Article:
What had I learned?
I had learned that when you actually experience something and it feels tolerable or relatively safe at the time, your brain learns to change and widen what you can tolerate.
This was actually a really crucial lesson for me. I usually try to think, analyse, fix etc. I learned that unless I experienced different ways of being, behaving or feeling, no amount of analysing, thinking about, writing about or challenging my negative thoughts would make much difference to my feelings or my life. I also learned that I needed to do it gently – to stretch that window of tolerance a little at a time. I couldn’t have walked into session 1 and been given a dead spider to put in my hand – that would not have helped – it would have freaked me out and made things worse.
Indeed I think this is what had happened in the therapeutic relationship itself – whilst doing this work on my phobia. All my interpersonal trauma stuff was way out of control and triggered and overwhelming. This was exactly the wrong way for me to approach my difficulties with trust, people, past traumas and hurt – I was plunged into too much exposure to “care” and “support” too quickly with too little time, validation and connection. What was working for my spider phobia was re-traumatising for my other difficulties.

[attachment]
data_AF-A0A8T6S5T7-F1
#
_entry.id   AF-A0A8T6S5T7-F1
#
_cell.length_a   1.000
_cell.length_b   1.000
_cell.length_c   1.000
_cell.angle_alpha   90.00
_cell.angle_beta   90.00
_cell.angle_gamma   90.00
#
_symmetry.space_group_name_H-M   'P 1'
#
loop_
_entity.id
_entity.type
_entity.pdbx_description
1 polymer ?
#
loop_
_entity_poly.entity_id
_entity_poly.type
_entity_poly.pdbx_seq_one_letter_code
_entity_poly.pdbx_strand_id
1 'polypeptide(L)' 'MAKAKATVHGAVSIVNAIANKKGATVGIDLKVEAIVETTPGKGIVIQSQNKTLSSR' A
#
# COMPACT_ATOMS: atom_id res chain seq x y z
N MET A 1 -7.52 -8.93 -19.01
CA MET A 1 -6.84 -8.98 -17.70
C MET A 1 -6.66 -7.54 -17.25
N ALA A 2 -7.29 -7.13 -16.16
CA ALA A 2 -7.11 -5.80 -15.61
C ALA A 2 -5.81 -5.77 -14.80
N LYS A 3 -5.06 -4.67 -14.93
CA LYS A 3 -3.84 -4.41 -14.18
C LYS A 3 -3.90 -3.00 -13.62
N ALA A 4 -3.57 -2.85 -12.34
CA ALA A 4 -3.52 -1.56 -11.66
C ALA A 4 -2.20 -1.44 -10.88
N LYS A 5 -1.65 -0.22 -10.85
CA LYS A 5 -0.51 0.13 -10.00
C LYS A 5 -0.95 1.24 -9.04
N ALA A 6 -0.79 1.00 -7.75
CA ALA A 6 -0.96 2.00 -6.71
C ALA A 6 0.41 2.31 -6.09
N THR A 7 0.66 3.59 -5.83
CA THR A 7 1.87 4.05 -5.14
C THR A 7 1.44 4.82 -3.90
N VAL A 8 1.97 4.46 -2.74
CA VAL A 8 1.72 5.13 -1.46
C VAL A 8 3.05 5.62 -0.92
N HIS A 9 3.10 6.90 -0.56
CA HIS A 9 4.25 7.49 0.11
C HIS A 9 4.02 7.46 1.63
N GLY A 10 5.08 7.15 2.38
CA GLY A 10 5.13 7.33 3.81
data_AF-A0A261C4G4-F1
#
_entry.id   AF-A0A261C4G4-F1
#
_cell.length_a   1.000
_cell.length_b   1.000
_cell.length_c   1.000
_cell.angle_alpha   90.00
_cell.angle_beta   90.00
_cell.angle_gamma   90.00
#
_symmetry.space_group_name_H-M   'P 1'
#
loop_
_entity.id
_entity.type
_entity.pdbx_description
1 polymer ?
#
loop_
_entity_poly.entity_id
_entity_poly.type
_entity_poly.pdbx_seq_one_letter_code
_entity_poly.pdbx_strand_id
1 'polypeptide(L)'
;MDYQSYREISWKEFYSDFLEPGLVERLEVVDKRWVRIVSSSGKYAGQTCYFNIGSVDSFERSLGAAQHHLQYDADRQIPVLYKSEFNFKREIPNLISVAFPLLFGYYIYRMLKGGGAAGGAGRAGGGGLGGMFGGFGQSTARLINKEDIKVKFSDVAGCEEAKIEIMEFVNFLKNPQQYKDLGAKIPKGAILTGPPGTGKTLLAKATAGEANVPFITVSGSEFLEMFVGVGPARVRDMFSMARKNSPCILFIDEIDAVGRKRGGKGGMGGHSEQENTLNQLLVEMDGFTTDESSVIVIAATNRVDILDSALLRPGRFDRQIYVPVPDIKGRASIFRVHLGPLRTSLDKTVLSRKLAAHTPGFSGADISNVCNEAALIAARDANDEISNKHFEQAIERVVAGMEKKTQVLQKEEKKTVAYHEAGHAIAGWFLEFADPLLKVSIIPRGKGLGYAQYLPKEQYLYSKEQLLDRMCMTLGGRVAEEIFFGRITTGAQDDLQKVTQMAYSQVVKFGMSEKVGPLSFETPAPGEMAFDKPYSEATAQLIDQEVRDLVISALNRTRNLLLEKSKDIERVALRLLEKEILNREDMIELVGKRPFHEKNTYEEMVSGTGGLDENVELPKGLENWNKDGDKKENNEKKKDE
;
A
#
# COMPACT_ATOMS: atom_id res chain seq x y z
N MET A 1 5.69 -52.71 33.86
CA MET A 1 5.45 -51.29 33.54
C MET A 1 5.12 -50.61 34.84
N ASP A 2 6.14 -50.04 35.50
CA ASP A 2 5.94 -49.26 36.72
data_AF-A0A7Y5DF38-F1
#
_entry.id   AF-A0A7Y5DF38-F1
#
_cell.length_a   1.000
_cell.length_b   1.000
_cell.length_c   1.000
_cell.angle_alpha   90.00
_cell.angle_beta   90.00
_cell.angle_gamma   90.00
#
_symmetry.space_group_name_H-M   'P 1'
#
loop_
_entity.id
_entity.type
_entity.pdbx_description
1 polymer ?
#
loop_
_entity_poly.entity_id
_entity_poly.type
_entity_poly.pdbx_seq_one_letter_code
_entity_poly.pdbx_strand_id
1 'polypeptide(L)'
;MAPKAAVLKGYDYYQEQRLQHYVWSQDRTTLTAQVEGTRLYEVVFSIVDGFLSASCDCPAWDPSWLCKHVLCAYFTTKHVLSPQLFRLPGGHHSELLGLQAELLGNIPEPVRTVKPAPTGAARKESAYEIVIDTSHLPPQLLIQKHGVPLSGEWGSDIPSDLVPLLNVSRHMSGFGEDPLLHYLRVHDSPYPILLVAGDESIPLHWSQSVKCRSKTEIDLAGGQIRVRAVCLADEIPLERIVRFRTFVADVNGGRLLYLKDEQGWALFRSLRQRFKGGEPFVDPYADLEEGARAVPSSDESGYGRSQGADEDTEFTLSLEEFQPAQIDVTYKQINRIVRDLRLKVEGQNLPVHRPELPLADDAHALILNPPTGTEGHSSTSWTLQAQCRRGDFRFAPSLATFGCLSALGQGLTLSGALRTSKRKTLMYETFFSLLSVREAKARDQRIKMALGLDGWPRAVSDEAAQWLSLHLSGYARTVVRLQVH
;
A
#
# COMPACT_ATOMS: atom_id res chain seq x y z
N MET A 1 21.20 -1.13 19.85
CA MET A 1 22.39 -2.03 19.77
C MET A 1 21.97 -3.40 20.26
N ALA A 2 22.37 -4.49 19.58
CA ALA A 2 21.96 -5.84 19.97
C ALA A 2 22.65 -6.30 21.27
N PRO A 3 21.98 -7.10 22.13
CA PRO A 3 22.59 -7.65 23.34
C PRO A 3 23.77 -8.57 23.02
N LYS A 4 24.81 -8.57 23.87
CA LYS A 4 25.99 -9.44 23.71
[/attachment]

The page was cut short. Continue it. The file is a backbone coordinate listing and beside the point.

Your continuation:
And yet, I am glad I did learn this lesson. At the time, when I would never have contemplated any other therapy than the rational, relatively non-touchy-feely CBT, to gain tangible change in my phobia through this process was invaluable to me in learning that things could change. That I could change. That things could feel different.
Two lessons then:
To stretch yourself gently without overwhelming
To learn by doing, feeling and being makes real change happen